of the industrial use of soft coal. At approximately the
same time in France work was progressing under the
leadership of Louis XIV's minister, Colbert, to produce
the French Forest Ordinance of 1669. Motivated also
by the evidence of increasing forest destruction and
its consequences, the writers of this ordinance sought
to present a plan for sound land management to be
applied to all of France.

Increasing knowledge of natural history and biology,
and an ever broadening view of the realities of the
global environment gave greater scope to eighteenth-
century ideas of conservation. The ability of G. W.
Leibniz to define order in the midst of apparent chaos
foreshadowed the work of modern technology and
ecology. The establishment by Carolus Linnaeus of a
philogenetic classification of living species provided a
basis for describing and analyzing nature that permit-
ted the development in the next century of Charles
Darwin's evolutionary theory. It also paved the way
for ecological understanding, and for greater human
concern over the fate of wild species. Immanuel Kant
analyzed the distinction between natural and man-
made processes on earth, and recognized man as an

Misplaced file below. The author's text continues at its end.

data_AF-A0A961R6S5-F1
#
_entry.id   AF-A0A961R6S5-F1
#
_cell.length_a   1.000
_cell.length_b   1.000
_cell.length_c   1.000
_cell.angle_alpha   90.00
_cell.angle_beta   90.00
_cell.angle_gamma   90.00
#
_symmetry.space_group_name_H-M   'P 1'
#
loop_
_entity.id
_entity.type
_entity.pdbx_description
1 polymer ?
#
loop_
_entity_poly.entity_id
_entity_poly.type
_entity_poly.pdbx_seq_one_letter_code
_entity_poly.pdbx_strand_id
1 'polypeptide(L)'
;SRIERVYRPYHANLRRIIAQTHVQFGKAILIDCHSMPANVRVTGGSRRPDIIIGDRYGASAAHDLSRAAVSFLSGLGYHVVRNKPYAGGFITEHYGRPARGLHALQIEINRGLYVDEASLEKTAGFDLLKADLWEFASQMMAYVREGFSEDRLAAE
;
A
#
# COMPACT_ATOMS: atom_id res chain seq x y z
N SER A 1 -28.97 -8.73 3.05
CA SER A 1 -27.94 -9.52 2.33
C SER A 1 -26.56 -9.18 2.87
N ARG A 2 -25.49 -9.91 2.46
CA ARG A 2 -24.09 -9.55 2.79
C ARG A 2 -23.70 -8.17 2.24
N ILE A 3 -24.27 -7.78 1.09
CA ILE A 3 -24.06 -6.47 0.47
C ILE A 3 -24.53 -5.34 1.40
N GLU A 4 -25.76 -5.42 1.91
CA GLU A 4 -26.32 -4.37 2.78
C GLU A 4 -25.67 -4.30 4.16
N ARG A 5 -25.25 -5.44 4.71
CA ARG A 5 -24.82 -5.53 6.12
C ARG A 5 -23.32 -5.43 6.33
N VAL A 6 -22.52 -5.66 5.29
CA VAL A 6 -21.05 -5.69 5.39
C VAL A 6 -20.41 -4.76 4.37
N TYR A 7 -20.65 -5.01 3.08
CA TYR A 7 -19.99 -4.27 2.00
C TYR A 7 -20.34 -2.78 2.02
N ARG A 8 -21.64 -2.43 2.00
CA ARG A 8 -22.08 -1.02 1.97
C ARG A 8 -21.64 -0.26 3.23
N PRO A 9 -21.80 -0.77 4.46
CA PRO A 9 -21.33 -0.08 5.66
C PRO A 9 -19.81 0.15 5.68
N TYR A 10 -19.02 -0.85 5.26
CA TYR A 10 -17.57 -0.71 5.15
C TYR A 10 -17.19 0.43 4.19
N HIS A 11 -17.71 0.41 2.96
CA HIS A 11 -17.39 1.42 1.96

agency causing change on earth comparable to a geo-
logical force (Sämtliche Werke, 8, 300). J. W. von
Goethe showed an understanding of the relationships
between organisms and environment that was later to
be substantiated by ecologists. However, the works of
Count Buffon and of Alexander von Humboldt reflect
some of the major advances in thinking relative to
conservation during the eighteenth and early nine-
teenth centuries.

Among his many accomplishments, including that
of providing a basis for the science of biogeography,
Humboldt was able to perceive the concept of a unity
and prevailing order in nature, exhibiting itself in
various environments in great variety and complexity.
He described with accuracy the major communities of
vegetation on earth, the natural processes operating
on them and the effects of man's activities, and pro-
vided a foundation for ecology and conservation.

Count Buffon brought together much of the knowl-
edge of natural history available in his day. His interest
lay in the agency of man on earth, rather than in wild
nature as such. He distinguished the role of man in
making the earth more fit for his own occupancy, and
also his role as an exploiter and destroyer of natural
resources. In one sense he can be considered a fore-
runner of those technologists who believe that through
the application of science the earth can be made in-
creasingly fruitful for ever increasing numbers of men.

The dangers inherent in the increase in human num-
bers on a limited earth exercised the thinking of many
during the late eighteenth century. Noteworthy were
M. J. de Condorcet, William Godwin, and Thomas